The website Quackwatch is legendary in skeptic circles because of how thoroughly it explains and debunks pseudoscience. Dr. Stephen Barrett, M.D., who began the site two decades ago, has done a remarkable job with it. (Maybe one day, they’ll pause the article-writing to modernize the site. A man can dream.)
But the site is also controversial because quackery can sometimes be in the eye of the beholder. Is acupuncture a legitimate form of therapy? There are obviously plenty of people who say yes, but the website says the practice is “so nebulous that no amount of scientific study will enable [traditional Chinese medicine] to offer rational care.” You can see why those who practice these procedures would be upset that their entire industry may be challenged by a site that gets prominent placement on Google searches.
Quackwatch also posts article about people who practice questionable forms of medicine, and in 2000, an article on the site wrote about a penalty paid by two doctors who promoted “anti-aging” medicine:
On December 6, 2000, osteopathic physicians Ronald Klatz, D.O., and Robert Goldman, D.O., agreed to pay $5,000 each to the State of Illinois and to stop identifying themselves as M.D.s in Illinois unless authorized to do so by the Illinois Department of Professional Regulation. The agreement indicates that each acquired an “M.D.” degree from the Central America Health Sciences University School of Medicine in Belize but was not licensed to use the credential in Illinois. The agreement also permits them to list the credential in their curriculum vitae as long as it does not closely follow their name.
All of that actually happened. So there’s nothing wrong with the post. But when the doctors came across that article in 2014, they were furious that it hadn’t been updated with information from 2006 saying that the men were found by the Department of Professional Regulation to be “licensed physicians and surgeons of osteopathic medicine in good standing in Illinois for more than 20 years and are allowed to do what a medical doctor may do in the state.”
It led to an important question: Did not updating the page constitute defamation against the doctors? They said it did.
Thankfully, a judge this week disagreed, throwing out the lawsuit:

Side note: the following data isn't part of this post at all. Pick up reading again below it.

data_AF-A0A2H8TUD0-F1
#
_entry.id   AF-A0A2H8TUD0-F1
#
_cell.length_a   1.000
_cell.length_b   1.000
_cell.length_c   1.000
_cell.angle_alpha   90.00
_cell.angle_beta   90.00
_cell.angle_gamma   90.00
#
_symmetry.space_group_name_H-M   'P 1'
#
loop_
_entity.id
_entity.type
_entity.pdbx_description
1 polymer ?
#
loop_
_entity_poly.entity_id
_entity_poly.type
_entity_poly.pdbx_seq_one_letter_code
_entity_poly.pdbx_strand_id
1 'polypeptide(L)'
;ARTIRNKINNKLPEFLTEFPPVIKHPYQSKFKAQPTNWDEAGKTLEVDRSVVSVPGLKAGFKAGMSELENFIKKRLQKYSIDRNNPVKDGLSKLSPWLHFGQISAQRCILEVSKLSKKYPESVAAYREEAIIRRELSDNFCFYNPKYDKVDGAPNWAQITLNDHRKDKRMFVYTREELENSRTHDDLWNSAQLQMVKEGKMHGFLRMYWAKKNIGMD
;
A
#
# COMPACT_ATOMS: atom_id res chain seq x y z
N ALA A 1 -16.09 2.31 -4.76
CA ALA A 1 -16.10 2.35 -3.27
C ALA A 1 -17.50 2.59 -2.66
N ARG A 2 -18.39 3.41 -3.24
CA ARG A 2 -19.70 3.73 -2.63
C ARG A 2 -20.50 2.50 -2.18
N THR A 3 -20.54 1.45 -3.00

[U.S. District Judge Paul Gardephe] found that the doctors “have not made out a plausible claim for defamation by implication.” He said the lawsuit, which sought $10 million and removal of the article, did not describe facts sufficient to demonstrate it was false to imply that they falsely pretended to have medical skills or knowledge.
Charles Michael, an attorney representing Barrett and his website, said Thursday in a statement his firm took the case without fee because “we saw two multi-millionaire doctors who practice a dubious form of anti-aging ‘medicine’ trying to use litigation to bully a nonprofit website into deleting a news article that was completely truthful.”
“They probably assumed that Dr. Barrett would simply delete the article rather than bother with the time and expense to litigate,” he said. “They were wrong. Dr. Barrett chose to defend the case, and we were happy to help. I do not care for bullies — or quack doctors. The First Amendment allows Quackwatch to publish its article and keep it on the internet. We are pleased Judge Gardephe agreed.“
The doctors don’t know what defamation means… and they’ve apparently never heard of the Streisand effect either.
Summarizing an accurate article that makes people look bad isn’t a criminal act. Maybe these doctors should spend more time looking at the evidence (or lack of it) of anti-aging proponents instead of filing suits against people who might call the nonsense into question.
(Image via Shutterstock. Thanks to Scott for the link)